September 23 – 24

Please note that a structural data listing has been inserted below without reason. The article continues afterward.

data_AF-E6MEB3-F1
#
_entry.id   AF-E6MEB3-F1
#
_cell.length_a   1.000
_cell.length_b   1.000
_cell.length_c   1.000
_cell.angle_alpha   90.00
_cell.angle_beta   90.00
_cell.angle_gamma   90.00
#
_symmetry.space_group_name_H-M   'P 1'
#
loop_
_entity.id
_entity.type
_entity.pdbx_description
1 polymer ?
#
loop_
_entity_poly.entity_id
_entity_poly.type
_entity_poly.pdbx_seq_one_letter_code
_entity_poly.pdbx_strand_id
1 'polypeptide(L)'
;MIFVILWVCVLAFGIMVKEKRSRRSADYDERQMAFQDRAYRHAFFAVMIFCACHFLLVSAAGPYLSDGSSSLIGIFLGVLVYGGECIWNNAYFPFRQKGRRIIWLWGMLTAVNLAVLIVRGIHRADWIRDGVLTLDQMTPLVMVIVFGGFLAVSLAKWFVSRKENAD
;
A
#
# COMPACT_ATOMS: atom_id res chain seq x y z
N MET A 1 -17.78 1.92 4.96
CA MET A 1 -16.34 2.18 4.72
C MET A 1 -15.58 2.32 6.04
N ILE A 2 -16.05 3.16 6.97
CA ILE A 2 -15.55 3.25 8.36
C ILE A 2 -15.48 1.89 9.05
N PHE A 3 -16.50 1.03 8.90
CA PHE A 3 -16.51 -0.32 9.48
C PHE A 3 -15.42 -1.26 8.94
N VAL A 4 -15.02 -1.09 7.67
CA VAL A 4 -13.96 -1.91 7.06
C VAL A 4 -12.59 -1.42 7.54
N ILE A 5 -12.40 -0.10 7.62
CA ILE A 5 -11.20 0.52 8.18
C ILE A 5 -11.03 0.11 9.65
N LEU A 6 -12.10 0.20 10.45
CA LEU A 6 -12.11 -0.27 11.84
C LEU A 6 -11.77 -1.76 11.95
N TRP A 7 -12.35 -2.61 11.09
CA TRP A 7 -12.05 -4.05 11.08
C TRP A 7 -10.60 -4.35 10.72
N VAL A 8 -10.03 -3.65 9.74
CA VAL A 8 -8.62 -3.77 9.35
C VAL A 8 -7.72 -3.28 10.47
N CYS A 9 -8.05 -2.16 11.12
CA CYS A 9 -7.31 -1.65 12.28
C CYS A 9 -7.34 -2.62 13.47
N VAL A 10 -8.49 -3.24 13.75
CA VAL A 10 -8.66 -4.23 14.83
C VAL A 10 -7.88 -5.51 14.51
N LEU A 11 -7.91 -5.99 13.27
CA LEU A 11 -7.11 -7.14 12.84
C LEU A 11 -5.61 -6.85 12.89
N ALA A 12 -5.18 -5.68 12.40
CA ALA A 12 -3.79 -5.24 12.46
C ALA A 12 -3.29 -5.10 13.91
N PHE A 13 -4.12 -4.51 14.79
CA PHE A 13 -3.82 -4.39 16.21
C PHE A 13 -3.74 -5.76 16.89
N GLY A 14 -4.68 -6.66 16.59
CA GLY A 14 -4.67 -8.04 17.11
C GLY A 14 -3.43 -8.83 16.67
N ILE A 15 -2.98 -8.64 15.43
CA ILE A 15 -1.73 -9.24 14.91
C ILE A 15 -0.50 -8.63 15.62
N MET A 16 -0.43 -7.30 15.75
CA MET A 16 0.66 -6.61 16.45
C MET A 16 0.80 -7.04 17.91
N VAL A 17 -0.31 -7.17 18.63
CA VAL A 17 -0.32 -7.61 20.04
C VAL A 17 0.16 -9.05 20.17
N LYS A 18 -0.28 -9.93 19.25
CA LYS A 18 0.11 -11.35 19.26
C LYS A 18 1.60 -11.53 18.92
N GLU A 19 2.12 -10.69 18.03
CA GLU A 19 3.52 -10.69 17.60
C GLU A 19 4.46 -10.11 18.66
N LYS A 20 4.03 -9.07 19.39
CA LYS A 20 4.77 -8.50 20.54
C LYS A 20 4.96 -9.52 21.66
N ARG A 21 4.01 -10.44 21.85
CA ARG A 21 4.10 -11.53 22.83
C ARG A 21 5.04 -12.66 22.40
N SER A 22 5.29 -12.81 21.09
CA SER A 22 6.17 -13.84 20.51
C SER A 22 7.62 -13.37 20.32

We again made a careful departure in very shallow water on the first day of Autumn, which arrived at 5:47 this morning, September 23. Besides being the first day of Autumn, this would also be the last full day of our journey. I think all those Pelicans perched on the breakwater were waiting for us; they followed us again today. We cruised through town and locked through the Peoria Lock & Dam. There were so many barges again today, and we got stuck behind one while going under a bridge and had to follow it for a while because of the narrow channel we were in. They only travel about 6 mph, but we were in no hurry on this beautiful 75 degree, not-a-cloud-in-the-sky day. Since there are no marinas in this stretch, we planned to anchor out behind Bar Island near Beardstown, an anchorage frequently used by boaters. It was a great spot, and we were all alone here for our last Loop dinner of leftover Italian food from last night’s restaurant, fresh salad and garlic bread and wine, which we ate by candlelight on our aft deck. We watched a wonderful sunset, and then caught a great sunrise the next morning, the last day of our adventure. We weighed anchor and left our anchorage at 7:00 the next morning. We had cleaned our three lock fenders, those big, white, round ones, while we were at Eastport Marina, for probably the tenth time; they get dirty and grimy when they scrape along those slimy lock walls. We had our last two locks to lock through today and didn’t want to get them dirty again, so First Mate put trash bags over them for these two locks. We had seen others do this to avoid the cleaning job. As it turned out, she needn’t have bothered because the water levels were such that we were able to float through both locks without tying on. In this area there are wicket dams; those stick-like things are the wickets that can be raised and lowered depending on water levels. In really low water the wickets are raised to dam the water, and vessels must lock through, but in high water the wickets are lowered and vessels can pass right over them instead of locking. It’s strange to cruise right by a lock knowing that sometimes the area you’re in is a dam. We were soon in familiar waters, spotting a green buoy that signaled the approach to the end of our trip. We then rounded the bend at the junction of the Illinois and Mississippi Rivers. At 1:25 pm on September 24, 2003, our journey had come to an end. Our odyssey had taken eleven months and nine days. Heading to our destination, Port Charles Marina, we passed Duck Club Yacht Club, where we had prepared for this trip. During this last day we had taken turns at the helm as usual, but with very mixed feelings; we were immensely satisfied with our accomplishment, but a little sad that it was over. Upon arrival at Port Charles Marina, we got hooked up and tied on and then enjoyed a champagne toast to us to celebrate our feat and the closing of our Great Loop.